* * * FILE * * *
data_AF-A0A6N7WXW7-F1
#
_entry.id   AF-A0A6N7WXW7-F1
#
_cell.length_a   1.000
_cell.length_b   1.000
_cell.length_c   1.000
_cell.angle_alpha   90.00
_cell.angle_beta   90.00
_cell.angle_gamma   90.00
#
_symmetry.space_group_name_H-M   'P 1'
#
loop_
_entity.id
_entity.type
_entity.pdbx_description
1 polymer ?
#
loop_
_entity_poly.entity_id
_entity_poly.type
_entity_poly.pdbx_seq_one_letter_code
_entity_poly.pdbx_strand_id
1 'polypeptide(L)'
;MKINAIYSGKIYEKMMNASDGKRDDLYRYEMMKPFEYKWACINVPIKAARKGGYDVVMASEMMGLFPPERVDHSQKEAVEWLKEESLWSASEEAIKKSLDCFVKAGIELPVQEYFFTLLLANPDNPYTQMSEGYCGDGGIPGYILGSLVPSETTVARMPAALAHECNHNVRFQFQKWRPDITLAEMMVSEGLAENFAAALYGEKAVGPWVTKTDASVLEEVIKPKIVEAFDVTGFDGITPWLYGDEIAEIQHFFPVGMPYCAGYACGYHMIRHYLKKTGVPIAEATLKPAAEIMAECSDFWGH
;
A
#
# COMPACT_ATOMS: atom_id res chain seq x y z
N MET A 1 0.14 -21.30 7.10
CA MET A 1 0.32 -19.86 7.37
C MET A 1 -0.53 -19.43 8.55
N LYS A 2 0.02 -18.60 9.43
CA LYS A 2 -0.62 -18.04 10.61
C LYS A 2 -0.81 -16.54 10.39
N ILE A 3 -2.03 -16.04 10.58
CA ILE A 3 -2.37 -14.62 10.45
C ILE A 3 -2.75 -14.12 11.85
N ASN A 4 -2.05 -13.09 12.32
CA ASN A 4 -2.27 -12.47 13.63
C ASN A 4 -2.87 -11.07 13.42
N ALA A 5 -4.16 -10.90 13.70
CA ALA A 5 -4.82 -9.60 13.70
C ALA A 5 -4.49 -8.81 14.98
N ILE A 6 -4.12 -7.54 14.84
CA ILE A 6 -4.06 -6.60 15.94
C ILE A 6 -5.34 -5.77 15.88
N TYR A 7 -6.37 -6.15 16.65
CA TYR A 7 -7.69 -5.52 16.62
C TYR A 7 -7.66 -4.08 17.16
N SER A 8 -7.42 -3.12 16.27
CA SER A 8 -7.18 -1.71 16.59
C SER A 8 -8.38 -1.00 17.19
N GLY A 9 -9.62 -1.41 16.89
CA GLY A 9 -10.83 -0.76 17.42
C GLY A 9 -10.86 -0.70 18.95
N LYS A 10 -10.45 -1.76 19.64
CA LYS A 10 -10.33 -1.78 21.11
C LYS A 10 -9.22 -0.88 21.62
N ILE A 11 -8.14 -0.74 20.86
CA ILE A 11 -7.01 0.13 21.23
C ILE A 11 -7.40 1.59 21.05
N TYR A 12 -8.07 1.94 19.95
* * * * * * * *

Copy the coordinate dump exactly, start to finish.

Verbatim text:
data_AF-A0A6N7WXW7-F1
#
_entry.id   AF-A0A6N7WXW7-F1
#
_cell.length_a   1.000
_cell.length_b   1.000
_cell.length_c   1.000
_cell.angle_alpha   90.00
_cell.angle_beta   90.00
_cell.angle_gamma   90.00
#
_symmetry.space_group_name_H-M   'P 1'
#
loop_
_entity.id
_entity.type
_entity.pdbx_description
1 polymer ?
#
loop_
_entity_poly.entity_id
_entity_poly.type
_entity_poly.pdbx_seq_one_letter_code
_entity_poly.pdbx_strand_id
1 'polypeptide(L)'
;MKINAIYSGKIYEKMMNASDGKRDDLYRYEMMKPFEYKWACINVPIKAARKGGYDVVMASEMMGLFPPERVDHSQKEAVEWLKEESLWSASEEAIKKSLDCFVKAGIELPVQEYFFTLLLANPDNPYTQMSEGYCGDGGIPGYILGSLVPSETTVARMPAALAHECNHNVRFQFQKWRPDITLAEMMVSEGLAENFAAALYGEKAVGPWVTKTDASVLEEVIKPKIVEAFDVTGFDGITPWLYGDEIAEIQHFFPVGMPYCAGYACGYHMIRHYLKKTGVPIAEATLKPAAEIMAECSDFWGH
;
A
#
# COMPACT_ATOMS: atom_id res chain seq x y z
N MET A 1 0.14 -21.30 7.10
CA MET A 1 0.32 -19.86 7.37
C MET A 1 -0.53 -19.43 8.55
N LYS A 2 0.02 -18.60 9.43
CA LYS A 2 -0.62 -18.04 10.61
C LYS A 2 -0.81 -16.54 10.39
N ILE A 3 -2.03 -16.04 10.58
CA ILE A 3 -2.37 -14.62 10.45
C ILE A 3 -2.75 -14.12 11.85
N ASN A 4 -2.05 -13.09 12.32
CA ASN A 4 -2.27 -12.47 13.63
C ASN A 4 -2.87 -11.07 13.42
N ALA A 5 -4.16 -10.90 13.70
CA ALA A 5 -4.82 -9.60 13.70
C ALA A 5 -4.49 -8.81 14.98
N ILE A 6 -4.12 -7.54 14.84
CA ILE A 6 -4.06 -6.60 15.94
C ILE A 6 -5.34 -5.77 15.88
N TYR A 7 -6.37 -6.15 16.65
CA TYR A 7 -7.69 -5.52 16.62
C TYR A 7 -7.66 -4.08 17.16
N SER A 8 -7.42 -3.12 16.27
CA SER A 8 -7.18 -1.71 16.59
C SER A 8 -8.38 -1.00 17.19
N GLY A 9 -9.62 -1.41 16.89
CA GLY A 9 -10.83 -0.76 17.42
C GLY A 9 -10.86 -0.70 18.95
N LYS A 10 -10.45 -1.76 19.64
CA LYS A 10 -10.33 -1.78 21.11
C LYS A 10 -9.22 -0.88 21.62
N ILE A 11 -8.14 -0.74 20.86
CA ILE A 11 -7.01 0.13 21.23
C ILE A 11 -7.40 1.59 21.05
N TYR A 12 -8.07 1.94 19.95